Putting aside the sensationalist journalism news source here, called 'A Current Affair', and everything that is wrong with these types of shows, "Swipe Card Scam", raised the following issues;
- Are families at risk here for swipe card copying?
- Who is responsible for key management in rental properties?
- What is the problem here? Is it really a problem? Can it be solved?
- Is this immoral/is it legal/is it really a scam?
- What is the solution, and who pays for a better solution if there is one?
- Has keycard technology broken down/is it secure?
- Will anything change?
- Who cares?
What followed was an insane bolt to expose the man who has been copying card keys in a shopping centre food court.
You get the idea, camera chasing man all over streets, reporter chasing and hassling man to try and make him sound dodgy, throw in lots of negative editing and puns, blah, blah, blah. So firstly the question is about security - are families at risk here?
In the story there was 'undercover' footage of the young man (the 'swipe card scam man') copying keycards and keyfobs with a laptop and a scanner device and taking $70 cash from people for the product/service. The reporter went through with the so called 'scam' himself and showed how he can easily enter an apartment building with the copied key fob.
The people paying the $70 cash to the 'swipe card scam man' in the video were mostly young people, and mostly Asian students. In Sydney its common for students/backpackers/tourists/internationals/travelers/call them what you want, to live in overcrowded accommodation. Its common in the Sydney city centre to find between 5-15 people living together in tiny 2 or 3 bedroom apartments. Living costs, property prices and rent costs in Sydney are some of the highest in the world, and the 'traveler' simply cannot afford to get a place all to themselves, let alone legally sign leases.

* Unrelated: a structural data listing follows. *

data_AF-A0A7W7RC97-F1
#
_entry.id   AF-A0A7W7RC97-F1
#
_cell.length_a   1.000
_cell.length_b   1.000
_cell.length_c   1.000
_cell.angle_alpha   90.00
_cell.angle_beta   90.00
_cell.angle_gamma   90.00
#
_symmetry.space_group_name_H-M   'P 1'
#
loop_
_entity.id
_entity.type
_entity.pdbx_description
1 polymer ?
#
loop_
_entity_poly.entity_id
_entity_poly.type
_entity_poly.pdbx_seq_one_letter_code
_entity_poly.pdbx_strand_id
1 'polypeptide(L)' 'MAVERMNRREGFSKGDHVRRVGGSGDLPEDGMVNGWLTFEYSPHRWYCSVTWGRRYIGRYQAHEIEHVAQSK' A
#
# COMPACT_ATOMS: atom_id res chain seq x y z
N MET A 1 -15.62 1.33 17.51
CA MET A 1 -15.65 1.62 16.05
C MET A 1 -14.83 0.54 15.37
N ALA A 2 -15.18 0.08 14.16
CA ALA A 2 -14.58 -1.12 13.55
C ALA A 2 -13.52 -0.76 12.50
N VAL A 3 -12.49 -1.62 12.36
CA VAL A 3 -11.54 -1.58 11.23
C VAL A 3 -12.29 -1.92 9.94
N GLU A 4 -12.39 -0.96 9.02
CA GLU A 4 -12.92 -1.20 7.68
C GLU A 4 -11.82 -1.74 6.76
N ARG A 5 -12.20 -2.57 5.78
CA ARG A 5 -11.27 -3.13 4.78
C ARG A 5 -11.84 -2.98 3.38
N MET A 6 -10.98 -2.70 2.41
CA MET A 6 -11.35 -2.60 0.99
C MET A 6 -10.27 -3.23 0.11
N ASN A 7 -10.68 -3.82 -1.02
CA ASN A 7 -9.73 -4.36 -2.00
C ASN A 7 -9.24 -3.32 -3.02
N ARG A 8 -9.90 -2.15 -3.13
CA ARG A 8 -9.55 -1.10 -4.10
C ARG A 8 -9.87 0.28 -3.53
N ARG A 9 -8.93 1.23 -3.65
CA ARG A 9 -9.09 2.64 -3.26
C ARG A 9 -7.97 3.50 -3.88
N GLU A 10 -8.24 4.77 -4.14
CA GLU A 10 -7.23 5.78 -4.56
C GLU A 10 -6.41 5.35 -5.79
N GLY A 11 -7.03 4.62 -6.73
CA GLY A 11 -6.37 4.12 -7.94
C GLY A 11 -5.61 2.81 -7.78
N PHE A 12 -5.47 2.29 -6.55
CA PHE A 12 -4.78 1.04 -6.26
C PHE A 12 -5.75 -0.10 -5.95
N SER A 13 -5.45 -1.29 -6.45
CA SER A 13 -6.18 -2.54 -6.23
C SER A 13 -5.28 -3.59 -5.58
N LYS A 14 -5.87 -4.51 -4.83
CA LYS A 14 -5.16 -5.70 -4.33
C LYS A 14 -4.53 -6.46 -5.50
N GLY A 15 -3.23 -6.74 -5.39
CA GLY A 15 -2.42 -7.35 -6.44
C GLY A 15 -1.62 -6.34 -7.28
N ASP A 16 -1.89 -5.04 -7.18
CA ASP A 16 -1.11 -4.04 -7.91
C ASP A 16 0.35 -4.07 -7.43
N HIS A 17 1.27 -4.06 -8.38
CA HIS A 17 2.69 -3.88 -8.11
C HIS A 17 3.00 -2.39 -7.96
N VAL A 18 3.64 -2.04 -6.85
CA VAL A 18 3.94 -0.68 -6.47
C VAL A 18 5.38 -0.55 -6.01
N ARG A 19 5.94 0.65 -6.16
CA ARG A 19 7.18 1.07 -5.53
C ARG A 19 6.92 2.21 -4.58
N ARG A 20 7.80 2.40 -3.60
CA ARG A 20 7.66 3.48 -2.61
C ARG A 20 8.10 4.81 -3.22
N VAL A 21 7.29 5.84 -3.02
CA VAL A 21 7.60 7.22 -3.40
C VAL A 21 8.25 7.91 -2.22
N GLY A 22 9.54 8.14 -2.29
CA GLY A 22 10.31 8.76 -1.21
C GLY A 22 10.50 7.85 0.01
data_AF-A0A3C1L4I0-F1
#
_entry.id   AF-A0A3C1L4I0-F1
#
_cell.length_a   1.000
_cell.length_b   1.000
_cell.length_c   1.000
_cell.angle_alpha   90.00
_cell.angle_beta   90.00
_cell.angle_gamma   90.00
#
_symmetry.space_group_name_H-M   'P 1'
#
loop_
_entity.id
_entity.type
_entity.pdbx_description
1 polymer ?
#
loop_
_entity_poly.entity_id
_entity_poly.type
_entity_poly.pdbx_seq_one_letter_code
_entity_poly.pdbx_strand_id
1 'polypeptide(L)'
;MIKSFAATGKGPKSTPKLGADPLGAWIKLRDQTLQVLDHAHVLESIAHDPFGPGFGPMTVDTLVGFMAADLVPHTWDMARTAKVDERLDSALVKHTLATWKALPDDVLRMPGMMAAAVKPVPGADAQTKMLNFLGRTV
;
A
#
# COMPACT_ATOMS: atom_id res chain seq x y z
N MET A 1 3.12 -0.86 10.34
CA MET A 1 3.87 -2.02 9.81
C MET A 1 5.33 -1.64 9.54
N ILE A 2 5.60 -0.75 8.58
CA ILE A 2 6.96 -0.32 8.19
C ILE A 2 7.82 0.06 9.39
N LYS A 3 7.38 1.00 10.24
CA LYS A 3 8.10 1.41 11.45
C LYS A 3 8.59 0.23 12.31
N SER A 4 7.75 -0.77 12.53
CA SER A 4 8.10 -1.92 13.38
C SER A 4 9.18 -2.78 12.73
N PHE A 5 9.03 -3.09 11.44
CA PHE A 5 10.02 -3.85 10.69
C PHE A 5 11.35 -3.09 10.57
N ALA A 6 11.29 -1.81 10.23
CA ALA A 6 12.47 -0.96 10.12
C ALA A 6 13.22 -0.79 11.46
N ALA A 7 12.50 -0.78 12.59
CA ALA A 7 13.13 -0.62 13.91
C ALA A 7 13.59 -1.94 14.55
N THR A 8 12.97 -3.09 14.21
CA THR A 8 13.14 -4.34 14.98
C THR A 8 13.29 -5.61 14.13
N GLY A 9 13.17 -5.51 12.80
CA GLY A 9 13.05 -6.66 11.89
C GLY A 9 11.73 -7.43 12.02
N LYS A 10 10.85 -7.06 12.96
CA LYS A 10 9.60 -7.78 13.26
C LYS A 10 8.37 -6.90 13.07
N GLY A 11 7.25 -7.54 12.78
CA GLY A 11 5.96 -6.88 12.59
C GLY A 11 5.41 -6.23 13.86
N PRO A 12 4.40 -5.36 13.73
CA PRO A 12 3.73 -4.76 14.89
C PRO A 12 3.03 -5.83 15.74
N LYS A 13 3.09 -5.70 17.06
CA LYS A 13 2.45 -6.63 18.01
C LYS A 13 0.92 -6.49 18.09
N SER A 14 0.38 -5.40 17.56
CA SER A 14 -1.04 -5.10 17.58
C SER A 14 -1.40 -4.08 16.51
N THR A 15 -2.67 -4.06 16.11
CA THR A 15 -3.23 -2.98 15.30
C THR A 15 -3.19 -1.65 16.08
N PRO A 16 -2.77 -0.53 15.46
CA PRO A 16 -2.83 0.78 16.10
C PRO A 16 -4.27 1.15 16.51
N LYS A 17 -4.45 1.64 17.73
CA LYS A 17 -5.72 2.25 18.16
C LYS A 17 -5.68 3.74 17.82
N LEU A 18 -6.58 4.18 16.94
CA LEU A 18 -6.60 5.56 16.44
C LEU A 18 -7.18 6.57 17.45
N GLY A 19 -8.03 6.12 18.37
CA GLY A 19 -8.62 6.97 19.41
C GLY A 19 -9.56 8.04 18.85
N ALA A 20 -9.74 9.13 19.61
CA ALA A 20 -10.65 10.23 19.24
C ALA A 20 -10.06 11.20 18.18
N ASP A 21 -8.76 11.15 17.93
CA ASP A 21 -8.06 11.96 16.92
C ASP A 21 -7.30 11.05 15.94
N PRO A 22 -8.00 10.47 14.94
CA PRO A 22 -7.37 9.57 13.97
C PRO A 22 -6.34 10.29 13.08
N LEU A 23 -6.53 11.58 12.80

We don't want to get too bogged down with background story here, but I've lived in Sydney myself in this type of accommodation so I know first hand about the situation, and I think its important to understand the reality of what's going on here in an attempt to answer the first question about 'security/risk'.
Often landlords aren't aware that they have up to 12 or more people in a two bedroom apartment, or they are aware, and they simply turn a blind eye to it, so they can get more money. The blind eye is turned as its usually illegal to have so many people crammed into the small apartments (e.g fire risks etc).
Sometimes bunk beds are brought in by the tenants who originally signed the lease (lets say 2 people's names are on the lease) and they sub-let to others (illegally). If those 2 people on the lease can squeeze in lets say 3 lots of bunk beds in each of the 2 bedrooms and they sleep in the living room (and its common that artificial walls are built) or move out, and charge say $150 per bed per week x 3 bunk beds in each room =6 people per room x 2 bedrooms = $1800 a week cash in hand to the 2 people on the original lease, then its a nice little money spinner.
Now this leads us back to the so-called 'keycard copying scam'. When the 2 original people signed the lease, they probably received 2 keycard/keyfobs for the common entrance door/street door to the apartment building, and probably a metal key for the apartment door. Copying the metal key to the apartment building is cheap and easy ($2), and the 2 original people on the lease probably give a copy of the metal key to the new 'flatmates' when they say pay a deposit and 2 weeks rent in advance. But then there is the problem of the common door keycard. How do the '12 flatmates' and the 2 original people on the lease (if they still live there) coordinate the common door entry into the apartment building with only 2 keycards?